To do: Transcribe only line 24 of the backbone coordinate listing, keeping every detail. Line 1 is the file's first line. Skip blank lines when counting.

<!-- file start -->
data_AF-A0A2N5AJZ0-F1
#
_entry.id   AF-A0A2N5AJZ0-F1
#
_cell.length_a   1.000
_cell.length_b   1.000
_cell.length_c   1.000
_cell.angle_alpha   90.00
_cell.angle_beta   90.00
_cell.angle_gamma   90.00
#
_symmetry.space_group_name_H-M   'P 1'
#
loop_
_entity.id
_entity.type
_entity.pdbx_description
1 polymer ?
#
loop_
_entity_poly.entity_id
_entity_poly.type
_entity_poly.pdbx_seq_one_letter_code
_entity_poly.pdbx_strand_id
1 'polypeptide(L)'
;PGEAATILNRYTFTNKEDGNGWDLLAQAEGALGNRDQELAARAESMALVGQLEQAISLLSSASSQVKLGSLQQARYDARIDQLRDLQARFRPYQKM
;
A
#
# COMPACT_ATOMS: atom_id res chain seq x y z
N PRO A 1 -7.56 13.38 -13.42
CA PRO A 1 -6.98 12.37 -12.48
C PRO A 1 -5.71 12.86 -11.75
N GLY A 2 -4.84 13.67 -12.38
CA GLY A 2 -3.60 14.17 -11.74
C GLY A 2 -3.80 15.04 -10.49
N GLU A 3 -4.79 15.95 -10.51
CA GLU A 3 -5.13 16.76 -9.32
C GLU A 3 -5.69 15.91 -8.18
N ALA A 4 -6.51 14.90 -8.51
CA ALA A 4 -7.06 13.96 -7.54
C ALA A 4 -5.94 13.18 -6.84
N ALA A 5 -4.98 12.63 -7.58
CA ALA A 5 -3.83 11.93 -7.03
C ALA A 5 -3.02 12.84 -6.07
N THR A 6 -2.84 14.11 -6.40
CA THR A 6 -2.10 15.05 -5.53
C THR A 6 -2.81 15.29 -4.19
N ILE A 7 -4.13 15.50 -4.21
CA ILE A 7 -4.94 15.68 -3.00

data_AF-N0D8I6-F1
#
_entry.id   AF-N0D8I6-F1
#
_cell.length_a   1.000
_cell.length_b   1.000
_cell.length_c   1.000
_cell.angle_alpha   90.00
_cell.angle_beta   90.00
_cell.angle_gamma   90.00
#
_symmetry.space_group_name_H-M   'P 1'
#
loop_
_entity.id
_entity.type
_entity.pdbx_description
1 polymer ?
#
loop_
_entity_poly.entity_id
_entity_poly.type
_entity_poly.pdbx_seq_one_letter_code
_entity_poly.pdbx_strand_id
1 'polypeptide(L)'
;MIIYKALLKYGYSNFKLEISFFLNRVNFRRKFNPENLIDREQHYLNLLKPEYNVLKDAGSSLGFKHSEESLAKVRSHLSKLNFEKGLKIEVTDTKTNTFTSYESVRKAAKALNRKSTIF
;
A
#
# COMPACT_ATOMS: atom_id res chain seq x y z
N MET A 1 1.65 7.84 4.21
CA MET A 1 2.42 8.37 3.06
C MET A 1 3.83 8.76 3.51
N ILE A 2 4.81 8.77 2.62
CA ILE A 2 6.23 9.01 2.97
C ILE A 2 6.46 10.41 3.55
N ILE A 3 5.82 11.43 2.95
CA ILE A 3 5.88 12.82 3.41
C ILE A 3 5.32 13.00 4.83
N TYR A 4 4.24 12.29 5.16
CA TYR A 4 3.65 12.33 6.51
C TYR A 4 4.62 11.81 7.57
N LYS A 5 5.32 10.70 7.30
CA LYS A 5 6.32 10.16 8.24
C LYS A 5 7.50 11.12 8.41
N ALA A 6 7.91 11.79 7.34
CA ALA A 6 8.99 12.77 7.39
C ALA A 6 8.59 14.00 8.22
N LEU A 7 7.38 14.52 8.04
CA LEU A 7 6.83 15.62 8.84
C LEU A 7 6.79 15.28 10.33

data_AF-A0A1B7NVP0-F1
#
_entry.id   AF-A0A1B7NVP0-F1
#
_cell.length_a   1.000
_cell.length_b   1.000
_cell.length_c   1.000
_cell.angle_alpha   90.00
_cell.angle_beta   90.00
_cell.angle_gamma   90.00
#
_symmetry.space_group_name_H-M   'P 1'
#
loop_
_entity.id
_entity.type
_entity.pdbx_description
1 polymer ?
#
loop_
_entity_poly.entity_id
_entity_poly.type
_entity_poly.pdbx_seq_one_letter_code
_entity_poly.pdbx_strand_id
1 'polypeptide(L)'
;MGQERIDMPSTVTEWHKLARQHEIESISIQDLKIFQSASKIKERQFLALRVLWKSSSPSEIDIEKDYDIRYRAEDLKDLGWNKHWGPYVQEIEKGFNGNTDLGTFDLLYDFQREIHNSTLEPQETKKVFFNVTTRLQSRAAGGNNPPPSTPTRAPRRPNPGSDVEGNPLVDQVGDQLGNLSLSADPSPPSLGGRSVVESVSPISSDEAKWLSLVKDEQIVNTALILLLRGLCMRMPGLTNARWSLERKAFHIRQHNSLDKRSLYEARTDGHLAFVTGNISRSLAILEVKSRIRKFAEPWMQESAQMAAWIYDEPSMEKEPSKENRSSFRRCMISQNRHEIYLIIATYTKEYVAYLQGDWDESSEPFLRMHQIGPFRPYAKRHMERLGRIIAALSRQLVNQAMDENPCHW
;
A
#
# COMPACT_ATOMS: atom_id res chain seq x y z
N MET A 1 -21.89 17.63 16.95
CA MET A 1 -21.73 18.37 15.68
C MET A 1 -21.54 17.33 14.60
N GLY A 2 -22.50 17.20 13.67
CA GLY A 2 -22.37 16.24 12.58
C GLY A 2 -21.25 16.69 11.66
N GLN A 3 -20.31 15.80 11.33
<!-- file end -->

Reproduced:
_entity_poly.pdbx_strand_id